Avast blog: A Bruce Schneier reader

Bruce Schneier’s work has withstood the test of time and is still relevant today.

If you’re looking for recommendations for infosec books to give to a colleague – or even to catch up on some holiday reading of your own – here’s a suggestion: Take a closer look at the oeuvre of Bruce Schneier, a cryptographer and privacy specialist who has been writing about the topic for more than 30 years and has his own blog that publishes interesting links to security-related events, strategies and failures that you should follow. In my blog post for Avast today, I review some of his books.

Book review: A Small Affair by Flora Collins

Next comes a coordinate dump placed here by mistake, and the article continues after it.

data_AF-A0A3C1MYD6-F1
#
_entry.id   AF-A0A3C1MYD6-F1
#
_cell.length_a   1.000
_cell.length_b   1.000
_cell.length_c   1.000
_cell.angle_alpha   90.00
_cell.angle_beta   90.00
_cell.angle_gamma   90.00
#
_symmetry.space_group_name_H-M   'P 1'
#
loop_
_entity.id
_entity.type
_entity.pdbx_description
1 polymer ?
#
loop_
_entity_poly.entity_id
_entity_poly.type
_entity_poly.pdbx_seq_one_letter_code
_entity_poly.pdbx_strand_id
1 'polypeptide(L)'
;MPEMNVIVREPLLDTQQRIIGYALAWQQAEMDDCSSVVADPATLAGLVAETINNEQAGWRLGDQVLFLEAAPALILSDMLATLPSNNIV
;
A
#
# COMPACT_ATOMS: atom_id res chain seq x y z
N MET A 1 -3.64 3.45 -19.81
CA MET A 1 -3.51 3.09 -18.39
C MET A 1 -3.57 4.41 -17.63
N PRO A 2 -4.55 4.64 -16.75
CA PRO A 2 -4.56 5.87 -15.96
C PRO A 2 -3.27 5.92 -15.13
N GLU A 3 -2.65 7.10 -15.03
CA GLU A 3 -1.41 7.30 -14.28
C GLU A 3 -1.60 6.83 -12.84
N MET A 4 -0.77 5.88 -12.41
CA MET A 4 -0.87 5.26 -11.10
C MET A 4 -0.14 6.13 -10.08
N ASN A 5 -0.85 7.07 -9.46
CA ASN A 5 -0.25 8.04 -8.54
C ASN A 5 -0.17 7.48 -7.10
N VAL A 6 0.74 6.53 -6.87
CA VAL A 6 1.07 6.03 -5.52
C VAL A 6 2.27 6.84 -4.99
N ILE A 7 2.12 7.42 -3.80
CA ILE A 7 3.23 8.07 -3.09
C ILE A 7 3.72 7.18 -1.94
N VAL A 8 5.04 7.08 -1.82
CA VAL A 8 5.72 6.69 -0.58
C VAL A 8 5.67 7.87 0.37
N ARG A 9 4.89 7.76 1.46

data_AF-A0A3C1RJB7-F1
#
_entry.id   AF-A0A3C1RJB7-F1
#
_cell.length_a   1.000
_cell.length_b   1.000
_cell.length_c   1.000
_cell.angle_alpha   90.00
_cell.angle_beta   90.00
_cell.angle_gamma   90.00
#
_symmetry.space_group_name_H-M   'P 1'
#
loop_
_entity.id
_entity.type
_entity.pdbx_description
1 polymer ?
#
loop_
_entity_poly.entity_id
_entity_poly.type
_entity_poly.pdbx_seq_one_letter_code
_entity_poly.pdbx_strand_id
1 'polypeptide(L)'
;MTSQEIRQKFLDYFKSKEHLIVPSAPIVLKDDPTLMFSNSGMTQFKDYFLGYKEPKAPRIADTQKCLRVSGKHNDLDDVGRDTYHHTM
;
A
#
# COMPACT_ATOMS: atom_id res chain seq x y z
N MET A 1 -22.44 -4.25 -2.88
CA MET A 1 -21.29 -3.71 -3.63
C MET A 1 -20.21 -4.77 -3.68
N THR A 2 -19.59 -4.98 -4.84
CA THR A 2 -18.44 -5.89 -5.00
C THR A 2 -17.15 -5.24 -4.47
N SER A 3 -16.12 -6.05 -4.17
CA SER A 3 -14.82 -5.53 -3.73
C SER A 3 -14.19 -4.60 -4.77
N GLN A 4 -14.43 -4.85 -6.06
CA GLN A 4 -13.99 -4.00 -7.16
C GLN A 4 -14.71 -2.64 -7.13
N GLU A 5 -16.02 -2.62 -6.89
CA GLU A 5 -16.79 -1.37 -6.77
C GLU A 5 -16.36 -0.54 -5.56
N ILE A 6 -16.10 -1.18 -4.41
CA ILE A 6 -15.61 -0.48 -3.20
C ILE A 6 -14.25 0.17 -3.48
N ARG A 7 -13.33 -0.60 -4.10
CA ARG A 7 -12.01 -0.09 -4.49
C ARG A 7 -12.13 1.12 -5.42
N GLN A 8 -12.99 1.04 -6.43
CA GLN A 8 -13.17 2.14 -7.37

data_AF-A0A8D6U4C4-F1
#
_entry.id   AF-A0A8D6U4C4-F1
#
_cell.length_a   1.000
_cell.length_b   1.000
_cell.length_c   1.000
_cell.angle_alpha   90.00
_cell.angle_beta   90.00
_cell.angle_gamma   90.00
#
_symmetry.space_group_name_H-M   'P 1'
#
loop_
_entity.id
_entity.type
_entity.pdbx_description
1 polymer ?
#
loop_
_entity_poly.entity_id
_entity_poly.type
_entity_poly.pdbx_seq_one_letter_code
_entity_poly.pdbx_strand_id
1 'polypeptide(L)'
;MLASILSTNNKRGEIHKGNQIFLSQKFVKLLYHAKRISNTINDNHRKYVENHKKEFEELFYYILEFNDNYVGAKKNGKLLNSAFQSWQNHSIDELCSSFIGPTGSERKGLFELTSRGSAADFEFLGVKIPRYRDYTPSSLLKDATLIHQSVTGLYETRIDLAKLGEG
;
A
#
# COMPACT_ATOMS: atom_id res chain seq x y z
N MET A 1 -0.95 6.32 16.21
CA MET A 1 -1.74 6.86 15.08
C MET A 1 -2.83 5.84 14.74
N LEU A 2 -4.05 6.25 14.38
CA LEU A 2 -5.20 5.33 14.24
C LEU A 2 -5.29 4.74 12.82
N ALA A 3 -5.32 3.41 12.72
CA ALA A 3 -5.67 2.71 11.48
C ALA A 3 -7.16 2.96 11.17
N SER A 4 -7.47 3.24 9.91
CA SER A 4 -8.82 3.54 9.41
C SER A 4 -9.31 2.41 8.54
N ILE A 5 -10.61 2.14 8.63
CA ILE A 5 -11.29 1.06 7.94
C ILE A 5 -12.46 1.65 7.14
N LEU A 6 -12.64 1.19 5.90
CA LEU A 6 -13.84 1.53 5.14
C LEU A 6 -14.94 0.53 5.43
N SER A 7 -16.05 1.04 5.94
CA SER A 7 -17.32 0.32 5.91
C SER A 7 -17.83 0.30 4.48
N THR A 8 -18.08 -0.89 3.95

This was a difficult novel for me to get into for some reason. You don’t really know the four central women that are part of a very toxic and twisted relationship: Two are sisters, both interested at different times in the same man, one of whom she marries and is about to have her second child with when they are both found early on in the book dead in their house. The other two women are friends of the sisters at varying times over the course of ten years. One of them was the murdered husband’s lover shortly before his death, and is eviscerated by the press over that relationship. It took me several tries to get past the first couple of chapters before I could interested in the book, and then the plot thickens. We find out what happened the night of the murder, how the four were introduced, how their lives took various turns and how this novel is really the poster child for bad friendships and relationships. The venality of the women involved is breathtaking and fascinating — it is like watching a huge traffic pile-up on a snowy freeway — but the setting in the modern social media era where oversharing your life can lead to disasterous consequences rings quite true.